The “metaverse” received significant attention in the last 18 months, with a massive push for crypto-native metaverses and experiences. Part 1 of this two-part series explores why it matters and the current state of play before Part 2 dives into ways to gain exposure.
- The metaverse = a massively scaled and dynamic network of real-time 3D worlds and environments. Experienced by all simultaneously and by an unlimited number of users.
- It matters because of the growing market opportunity.
- Despite the metaverse fading from popularity, many businesses and governments are still paying attention, with 2 big metaverse alliances created in 2022.
- The top crypto metaverses by rank and unique value are featured in an air table. But now they struggle to gain adoption, with web2 competitors where the majority of activity lies.
- The metaverse remains a while off due to significant challenges: Technology struggles include bandwidth, computing, common standards, graphics and infrastructure.
- If your time horizon is months to years, this might not be for you, as the timeline for this narrative is years to decades.
Defining the Metaverse
Before getting into the metaverse, let’s quickly recap precisely what we mean by the “metaverse”.
The “metaverse” evolved into a buzzword following Facebook’s rebranding to ‘Meta’ in 2021 as they fully committed to becoming a “metaverse” first company.
But what does it mean?
It refers to a hypothetical iteration of the internet where users interact in a shared virtual space. But it is much more than this, as we currently have virtual worlds such as Roblox or Minecraft. The metaverse goes beyond these virtual worlds to provide:
- Real-time 3D worlds.
- A shared, simultaneous experience by all users.
- Integration and interconnectivity of a wide range of virtual goods, avatars and objects.
- An effective unlimited amount of users.
- Persistent—it’s always active.
No games or virtual worlds meet this definition today.
The “metaverse” combines entertainment, digital currencies, gaming, NFTs, e-commerce, social and entertainment.
Why The Metaverse Matters
It matters for 2 key reasons:
The significant market opportunity. There’s an expectation the metaverse could attract considerable development, investment and rewards for those companies building out the core infrastructure to make it possible:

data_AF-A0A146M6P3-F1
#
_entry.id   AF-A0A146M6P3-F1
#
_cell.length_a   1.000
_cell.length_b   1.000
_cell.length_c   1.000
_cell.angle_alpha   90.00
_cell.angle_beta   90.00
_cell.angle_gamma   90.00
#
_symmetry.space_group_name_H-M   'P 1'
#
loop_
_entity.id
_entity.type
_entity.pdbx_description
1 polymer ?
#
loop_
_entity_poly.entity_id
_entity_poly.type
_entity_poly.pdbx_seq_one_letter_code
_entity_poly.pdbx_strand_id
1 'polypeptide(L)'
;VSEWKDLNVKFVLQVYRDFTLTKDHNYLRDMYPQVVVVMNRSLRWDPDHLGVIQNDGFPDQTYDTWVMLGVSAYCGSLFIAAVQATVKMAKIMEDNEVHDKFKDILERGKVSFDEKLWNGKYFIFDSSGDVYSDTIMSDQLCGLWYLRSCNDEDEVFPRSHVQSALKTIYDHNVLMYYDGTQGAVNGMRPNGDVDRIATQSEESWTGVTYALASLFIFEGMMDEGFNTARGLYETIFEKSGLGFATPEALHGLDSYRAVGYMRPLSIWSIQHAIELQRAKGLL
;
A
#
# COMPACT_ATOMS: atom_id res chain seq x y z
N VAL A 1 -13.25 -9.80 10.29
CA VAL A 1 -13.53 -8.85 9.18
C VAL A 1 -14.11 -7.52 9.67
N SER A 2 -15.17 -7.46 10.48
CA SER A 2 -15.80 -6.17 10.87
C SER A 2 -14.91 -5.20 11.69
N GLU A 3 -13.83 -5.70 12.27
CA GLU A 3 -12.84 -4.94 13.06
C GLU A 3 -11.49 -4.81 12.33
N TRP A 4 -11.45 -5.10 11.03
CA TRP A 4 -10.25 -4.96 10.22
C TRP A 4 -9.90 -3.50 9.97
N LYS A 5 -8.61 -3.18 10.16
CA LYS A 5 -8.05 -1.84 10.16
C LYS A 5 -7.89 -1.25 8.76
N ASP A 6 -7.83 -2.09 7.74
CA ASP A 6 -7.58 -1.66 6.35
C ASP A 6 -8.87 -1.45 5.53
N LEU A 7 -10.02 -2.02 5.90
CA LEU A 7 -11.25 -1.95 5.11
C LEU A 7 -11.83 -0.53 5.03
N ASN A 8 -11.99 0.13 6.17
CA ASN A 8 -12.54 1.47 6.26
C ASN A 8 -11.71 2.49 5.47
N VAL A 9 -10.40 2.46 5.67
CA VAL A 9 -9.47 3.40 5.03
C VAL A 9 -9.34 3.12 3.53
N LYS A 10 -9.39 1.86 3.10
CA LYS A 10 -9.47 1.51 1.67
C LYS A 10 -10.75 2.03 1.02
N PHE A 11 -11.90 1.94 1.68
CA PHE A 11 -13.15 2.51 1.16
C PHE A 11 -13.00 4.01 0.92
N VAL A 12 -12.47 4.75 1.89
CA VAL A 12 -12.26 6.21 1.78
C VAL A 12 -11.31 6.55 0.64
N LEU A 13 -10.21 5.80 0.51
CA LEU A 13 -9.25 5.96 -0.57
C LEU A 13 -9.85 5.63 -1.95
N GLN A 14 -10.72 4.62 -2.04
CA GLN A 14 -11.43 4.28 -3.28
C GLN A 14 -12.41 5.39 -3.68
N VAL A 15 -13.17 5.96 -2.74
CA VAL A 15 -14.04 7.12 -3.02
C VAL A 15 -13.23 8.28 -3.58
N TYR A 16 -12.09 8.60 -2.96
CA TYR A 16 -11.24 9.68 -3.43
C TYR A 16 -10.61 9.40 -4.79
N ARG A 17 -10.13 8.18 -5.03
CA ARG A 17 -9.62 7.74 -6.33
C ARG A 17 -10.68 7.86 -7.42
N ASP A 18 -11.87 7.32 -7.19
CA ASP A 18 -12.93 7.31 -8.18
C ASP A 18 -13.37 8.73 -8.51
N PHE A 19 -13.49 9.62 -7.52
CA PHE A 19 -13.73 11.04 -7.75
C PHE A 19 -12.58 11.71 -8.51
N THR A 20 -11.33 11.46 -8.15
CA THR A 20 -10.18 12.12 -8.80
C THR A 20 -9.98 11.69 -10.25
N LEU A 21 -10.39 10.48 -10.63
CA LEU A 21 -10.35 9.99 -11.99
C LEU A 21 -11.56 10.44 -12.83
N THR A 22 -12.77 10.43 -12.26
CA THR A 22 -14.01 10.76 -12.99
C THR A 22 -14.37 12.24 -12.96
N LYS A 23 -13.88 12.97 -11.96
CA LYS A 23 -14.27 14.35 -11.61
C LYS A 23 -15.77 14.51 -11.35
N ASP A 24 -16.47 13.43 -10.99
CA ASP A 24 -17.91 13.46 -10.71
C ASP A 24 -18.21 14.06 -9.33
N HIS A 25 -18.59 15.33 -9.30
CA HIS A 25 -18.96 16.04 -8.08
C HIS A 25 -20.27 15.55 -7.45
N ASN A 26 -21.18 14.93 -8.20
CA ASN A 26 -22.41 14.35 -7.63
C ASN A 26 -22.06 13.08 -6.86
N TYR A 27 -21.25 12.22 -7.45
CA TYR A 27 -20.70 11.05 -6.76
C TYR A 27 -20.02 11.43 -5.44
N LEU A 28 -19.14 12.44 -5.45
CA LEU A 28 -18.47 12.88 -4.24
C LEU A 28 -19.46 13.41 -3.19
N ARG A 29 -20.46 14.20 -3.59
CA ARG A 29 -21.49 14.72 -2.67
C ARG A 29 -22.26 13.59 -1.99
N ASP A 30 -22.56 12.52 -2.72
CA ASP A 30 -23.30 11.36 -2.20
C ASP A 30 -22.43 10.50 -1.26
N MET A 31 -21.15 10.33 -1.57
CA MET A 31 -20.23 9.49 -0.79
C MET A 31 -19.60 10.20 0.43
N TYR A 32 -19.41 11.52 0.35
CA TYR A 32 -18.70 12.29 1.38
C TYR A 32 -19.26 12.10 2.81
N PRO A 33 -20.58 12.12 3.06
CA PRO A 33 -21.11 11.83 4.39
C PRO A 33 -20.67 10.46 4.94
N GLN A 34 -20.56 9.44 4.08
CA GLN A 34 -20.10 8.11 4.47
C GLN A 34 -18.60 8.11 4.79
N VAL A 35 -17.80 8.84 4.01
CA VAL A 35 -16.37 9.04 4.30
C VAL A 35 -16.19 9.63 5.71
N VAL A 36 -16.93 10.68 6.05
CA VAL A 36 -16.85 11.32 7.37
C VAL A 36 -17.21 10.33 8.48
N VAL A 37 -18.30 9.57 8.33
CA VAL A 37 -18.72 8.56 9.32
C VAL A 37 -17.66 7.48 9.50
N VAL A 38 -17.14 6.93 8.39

It isn’t easy to calculate precisely how large this market opportunity is, but many different investment firms and researchers have placed it in the range of trillions:
- Global X estimates the global metaverse market to surpass $1.5T by 2029
- Bloomberg Intelligence estimates ~$800B by 2024.
- JPMorgan places the revenue market opportunity at $1T.
- Morgan Stanley forecasted an $8T market size in China alone.
- Deloitte estimates $13T in the next 7 years.
- McKinsey growth $5T by 2030.
A new way to connect to people
The metaverse presents a new digital native way to connect with audiences and citizens. It could give agile early adopters utilising the metaverse to communicate to consumers and build businesses like never before.
Current State: Are People Still Interested?
The metaverse went from relative unknown to the town’s talk within a few months. As seen by Google Trends, interest in the metaverse has reduced while a new narrative, artificial intelligence (AI), has taken centre stage.
It would be a mistake to think the metaverse narrative is dead as businesses and governments continue to create strategies for this upcoming trend.
Governments are still paying attention:
- Japan’s Prime Miniter called out NFTs and the metaverse in the country’s digital transformation investment plans.
- The U.A.E released its Dubai Metaverse Strategy to turn Dubai into one of the world’s top 10 metaverse economies.
- South Korea is building a virtual replica of the capital city of Seoul, Metaverse Seoul, to be completed by 2026.
- Saudi Arabia’s Digital Government Authority (DGA) signed an MOU with the Sandbox for “future metaverse development”.
- Singapore created a digital twin of the country, with the goal of a metaverse version next.
Major financial institutions and businesses continue to be interested:
- Fidelity trademarks hinted at metaverse services.
- Qualcomm announced a $100M metaverse fund to invest in its “Snapdragon” processor, which powers many VR devices.
- Epic Games raised $1B in 2021 for long-term metaverse plans.
- Roblox spends $800M yearly on R&D for its virtual world.
- Lego partnered with Epic to build a kid-friendly metaverse.
- Sony‘s preparing to become a “metaverse-ready entertainment juggernaut”.
- Meta has spent ~$36B building the metaverse with no signs of slowing down.
- Chinese companies Tencent, Alibaba and ByteDance all continue allocating to this narrative.
- Microsoft purchased gaming giant Activision Blizzard for ~$70B in 2022, citing the purchase as the “building blocks for the metaverse”. Microsoft leads all companies for most current applicants for metaverse-related patents.
- Blockchain company Animoca Brands started a $1–2B metaverse fund in Nov. 2022.
For more, I suggest checking out the article by [vc] cafe, ‘THE TOP 10 COMPANIES INVESTING BILLIONS IN THE METAVERSE‘.
Companies coming together
The metaverse is not going anywhere, with 2 major metaverse alliances formed in 2022.
The Open Metaverse Alliance (OMA3) launched in Nov. 2022 as a DAO to realise an open metaverse focusing on crypto-native voices. One of its key priorities is establishing open-source standards to ensure NFTs work across metaverses, comprising blockchain companies such as: